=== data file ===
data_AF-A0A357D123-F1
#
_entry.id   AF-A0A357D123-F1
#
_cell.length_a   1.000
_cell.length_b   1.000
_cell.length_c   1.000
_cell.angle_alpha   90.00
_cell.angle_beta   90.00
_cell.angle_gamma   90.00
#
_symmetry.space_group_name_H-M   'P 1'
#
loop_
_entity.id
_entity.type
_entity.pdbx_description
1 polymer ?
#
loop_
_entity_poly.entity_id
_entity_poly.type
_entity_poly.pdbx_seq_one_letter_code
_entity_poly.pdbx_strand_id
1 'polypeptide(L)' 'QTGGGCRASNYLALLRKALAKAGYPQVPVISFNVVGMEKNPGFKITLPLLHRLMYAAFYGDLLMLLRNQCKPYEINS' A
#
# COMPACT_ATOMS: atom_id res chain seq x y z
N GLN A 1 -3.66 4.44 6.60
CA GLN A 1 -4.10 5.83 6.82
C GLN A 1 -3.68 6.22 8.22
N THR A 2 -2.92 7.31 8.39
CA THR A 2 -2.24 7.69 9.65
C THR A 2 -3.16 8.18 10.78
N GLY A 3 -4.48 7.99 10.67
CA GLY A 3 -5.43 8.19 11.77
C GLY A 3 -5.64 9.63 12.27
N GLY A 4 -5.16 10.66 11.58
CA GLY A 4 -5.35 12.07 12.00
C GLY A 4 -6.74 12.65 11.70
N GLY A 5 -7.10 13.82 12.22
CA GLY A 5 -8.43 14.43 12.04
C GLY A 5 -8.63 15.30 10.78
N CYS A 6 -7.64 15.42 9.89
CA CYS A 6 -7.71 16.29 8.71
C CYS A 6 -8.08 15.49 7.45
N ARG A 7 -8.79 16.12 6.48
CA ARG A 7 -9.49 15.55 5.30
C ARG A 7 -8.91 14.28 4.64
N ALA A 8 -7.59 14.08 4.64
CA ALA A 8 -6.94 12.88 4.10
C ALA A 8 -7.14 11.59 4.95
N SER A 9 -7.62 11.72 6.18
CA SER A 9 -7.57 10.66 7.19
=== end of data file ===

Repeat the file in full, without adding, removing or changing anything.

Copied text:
data_AF-A0A357D123-F1
#
_entry.id   AF-A0A357D123-F1
#
_cell.length_a   1.000
_cell.length_b   1.000
_cell.length_c   1.000
_cell.angle_alpha   90.00
_cell.angle_beta   90.00
_cell.angle_gamma   90.00
#
_symmetry.space_group_name_H-M   'P 1'
#
loop_
_entity.id
_entity.type
_entity.pdbx_description
1 polymer ?
#
loop_
_entity_poly.entity_id
_entity_poly.type
_entity_poly.pdbx_seq_one_letter_code
_entity_poly.pdbx_strand_id
1 'polypeptide(L)' 'QTGGGCRASNYLALLRKALAKAGYPQVPVISFNVVGMEKNPGFKITLPLLHRLMYAAFYGDLLMLLRNQCKPYEINS' A
#
# COMPACT_ATOMS: atom_id res chain seq x y z
N GLN A 1 -3.66 4.44 6.60
CA GLN A 1 -4.10 5.83 6.82
C GLN A 1 -3.68 6.22 8.22
N THR A 2 -2.92 7.31 8.39
CA THR A 2 -2.24 7.69 9.65
C THR A 2 -3.16 8.18 10.78
N GLY A 3 -4.48 7.99 10.67
CA GLY A 3 -5.43 8.19 11.77
C GLY A 3 -5.64 9.63 12.27
N GLY A 4 -5.16 10.66 11.58
CA GLY A 4 -5.35 12.07 12.00
C GLY A 4 -6.74 12.65 11.70
N GLY A 5 -7.10 13.82 12.22
CA GLY A 5 -8.43 14.43 12.04
C GLY A 5 -8.63 15.30 10.78
N CYS A 6 -7.64 15.42 9.89
CA CYS A 6 -7.71 16.29 8.71
C CYS A 6 -8.08 15.49 7.45
N ARG A 7 -8.79 16.12 6.48
CA ARG A 7 -9.49 15.55 5.30
C ARG A 7 -8.91 14.28 4.64
N ALA A 8 -7.59 14.08 4.64
CA ALA A 8 -6.94 12.88 4.10
C ALA A 8 -7.14 11.59 4.95
N SER A 9 -7.62 11.72 6.18
CA SER A 9 -7.57 10.66 7.19